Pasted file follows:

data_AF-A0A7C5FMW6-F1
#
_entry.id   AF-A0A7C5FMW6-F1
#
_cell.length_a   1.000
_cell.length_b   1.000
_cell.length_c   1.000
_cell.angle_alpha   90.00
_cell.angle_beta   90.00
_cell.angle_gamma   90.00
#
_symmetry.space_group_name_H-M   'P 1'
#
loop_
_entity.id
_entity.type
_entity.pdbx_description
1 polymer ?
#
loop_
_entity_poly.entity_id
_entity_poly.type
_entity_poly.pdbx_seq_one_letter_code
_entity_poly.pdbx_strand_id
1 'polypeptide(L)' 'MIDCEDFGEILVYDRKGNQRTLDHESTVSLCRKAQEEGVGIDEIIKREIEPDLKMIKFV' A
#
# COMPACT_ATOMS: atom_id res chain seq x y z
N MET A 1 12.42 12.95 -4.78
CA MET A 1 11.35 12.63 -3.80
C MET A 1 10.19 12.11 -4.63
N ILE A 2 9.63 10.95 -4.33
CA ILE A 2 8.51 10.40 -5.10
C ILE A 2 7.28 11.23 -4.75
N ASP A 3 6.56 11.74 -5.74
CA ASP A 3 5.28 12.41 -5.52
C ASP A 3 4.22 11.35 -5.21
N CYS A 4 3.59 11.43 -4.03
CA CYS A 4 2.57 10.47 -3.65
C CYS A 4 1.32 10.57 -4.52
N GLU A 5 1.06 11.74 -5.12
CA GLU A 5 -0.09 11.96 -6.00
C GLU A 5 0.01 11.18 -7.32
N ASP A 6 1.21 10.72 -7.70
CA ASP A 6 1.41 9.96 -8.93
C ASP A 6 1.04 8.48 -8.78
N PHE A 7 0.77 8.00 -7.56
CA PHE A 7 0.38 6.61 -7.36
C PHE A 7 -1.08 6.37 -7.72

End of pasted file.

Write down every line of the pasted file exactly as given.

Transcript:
data_AF-A0A7C5FMW6-F1
#
_entry.id   AF-A0A7C5FMW6-F1
#
_cell.length_a   1.000
_cell.length_b   1.000
_cell.length_c   1.000
_cell.angle_alpha   90.00
_cell.angle_beta   90.00
_cell.angle_gamma   90.00
#
_symmetry.space_group_name_H-M   'P 1'
#
loop_
_entity.id
_entity.type
_entity.pdbx_description
1 polymer ?
#
loop_
_entity_poly.entity_id
_entity_poly.type
_entity_poly.pdbx_seq_one_letter_code
_entity_poly.pdbx_strand_id
1 'polypeptide(L)' 'MIDCEDFGEILVYDRKGNQRTLDHESTVSLCRKAQEEGVGIDEIIKREIEPDLKMIKFV' A
#
# COMPACT_ATOMS: atom_id res chain seq x y z
N MET A 1 12.42 12.95 -4.78
CA MET A 1 11.35 12.63 -3.80
C MET A 1 10.19 12.11 -4.63
N ILE A 2 9.63 10.95 -4.33
CA ILE A 2 8.51 10.40 -5.10
C ILE A 2 7.28 11.23 -4.75
N ASP A 3 6.56 11.74 -5.74
CA ASP A 3 5.28 12.41 -5.52
C ASP A 3 4.22 11.35 -5.21
N CYS A 4 3.59 11.43 -4.03
CA CYS A 4 2.57 10.47 -3.65
C CYS A 4 1.32 10.57 -4.52
N GLU A 5 1.06 11.74 -5.12
CA GLU A 5 -0.09 11.96 -6.00
C GLU A 5 0.01 11.18 -7.32
N ASP A 6 1.21 10.72 -7.70
CA ASP A 6 1.41 9.96 -8.93
C ASP A 6 1.04 8.48 -8.78
N PHE A 7 0.77 8.00 -7.56
CA PHE A 7 0.38 6.61 -7.36
C PHE A 7 -1.08 6.37 -7.72